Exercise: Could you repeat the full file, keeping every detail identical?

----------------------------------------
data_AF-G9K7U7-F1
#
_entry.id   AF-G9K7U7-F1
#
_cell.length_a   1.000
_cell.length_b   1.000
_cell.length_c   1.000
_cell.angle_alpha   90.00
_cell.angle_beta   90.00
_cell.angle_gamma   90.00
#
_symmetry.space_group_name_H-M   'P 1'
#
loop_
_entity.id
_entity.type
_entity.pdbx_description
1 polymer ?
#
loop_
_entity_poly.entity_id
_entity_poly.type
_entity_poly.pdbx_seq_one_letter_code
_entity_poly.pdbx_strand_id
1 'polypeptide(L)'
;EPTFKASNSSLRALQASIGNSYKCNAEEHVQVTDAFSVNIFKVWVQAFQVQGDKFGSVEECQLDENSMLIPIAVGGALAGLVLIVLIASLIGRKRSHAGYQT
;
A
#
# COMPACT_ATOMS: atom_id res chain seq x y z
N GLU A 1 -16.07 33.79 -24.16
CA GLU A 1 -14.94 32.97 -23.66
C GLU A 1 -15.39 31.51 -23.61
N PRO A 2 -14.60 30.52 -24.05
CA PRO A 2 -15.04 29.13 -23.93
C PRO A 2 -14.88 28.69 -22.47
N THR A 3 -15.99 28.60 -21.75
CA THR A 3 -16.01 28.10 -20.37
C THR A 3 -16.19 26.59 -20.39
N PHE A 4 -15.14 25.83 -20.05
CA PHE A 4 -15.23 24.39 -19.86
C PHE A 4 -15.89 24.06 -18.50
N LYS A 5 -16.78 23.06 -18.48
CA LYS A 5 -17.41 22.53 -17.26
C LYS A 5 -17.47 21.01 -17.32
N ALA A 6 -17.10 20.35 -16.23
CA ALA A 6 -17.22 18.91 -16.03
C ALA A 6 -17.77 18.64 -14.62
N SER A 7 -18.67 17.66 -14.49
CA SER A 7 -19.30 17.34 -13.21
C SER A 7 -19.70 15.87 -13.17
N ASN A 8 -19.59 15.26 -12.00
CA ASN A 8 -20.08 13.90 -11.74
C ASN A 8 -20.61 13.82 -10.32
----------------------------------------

data_AF-G9K7U7-F1
#
_entry.id   AF-G9K7U7-F1
#
_cell.length_a   1.000
_cell.length_b   1.000
_cell.length_c   1.000
_cell.angle_alpha   90.00
_cell.angle_beta   90.00
_cell.angle_gamma   90.00
#
_symmetry.space_group_name_H-M   'P 1'
#
loop_
_entity.id
_entity.type
_entity.pdbx_description
1 polymer ?
#
loop_
_entity_poly.entity_id
_entity_poly.type
_entity_poly.pdbx_seq_one_letter_code
_entity_poly.pdbx_strand_id
1 'polypeptide(L)'
;EPTFKASNSSLRALQASIGNSYKCNAEEHVQVTDAFSVNIFKVWVQAFQVQGDKFGSVEECQLDENSMLIPIAVGGALAGLVLIVLIASLIGRKRSHAGYQT
;
A
#
# COMPACT_ATOMS: atom_id res chain seq x y z
N GLU A 1 -16.07 33.79 -24.16
CA GLU A 1 -14.94 32.97 -23.66
C GLU A 1 -15.39 31.51 -23.61
N PRO A 2 -14.60 30.52 -24.05
CA PRO A 2 -15.04 29.13 -23.93
C PRO A 2 -14.88 28.69 -22.47
N THR A 3 -15.99 28.60 -21.75
CA THR A 3 -16.01 28.10 -20.37
C THR A 3 -16.19 26.59 -20.39
N PHE A 4 -15.14 25.83 -20.05
CA PHE A 4 -15.23 24.39 -19.86
C PHE A 4 -15.89 24.06 -18.50
N LYS A 5 -16.78 23.06 -18.48
CA LYS A 5 -17.41 22.53 -17.26
C LYS A 5 -17.47 21.01 -17.32
N ALA A 6 -17.10 20.35 -16.23
CA ALA A 6 -17.22 18.91 -16.03
C ALA A 6 -17.77 18.64 -14.62
N SER A 7 -18.67 17.66 -14.49
CA SER A 7 -19.30 17.34 -13.21
C SER A 7 -19.70 15.87 -13.17
N ASN A 8 -19.59 15.26 -12.00
CA ASN A 8 -20.08 13.90 -11.74
C ASN A 8 -20.61 13.82 -10.32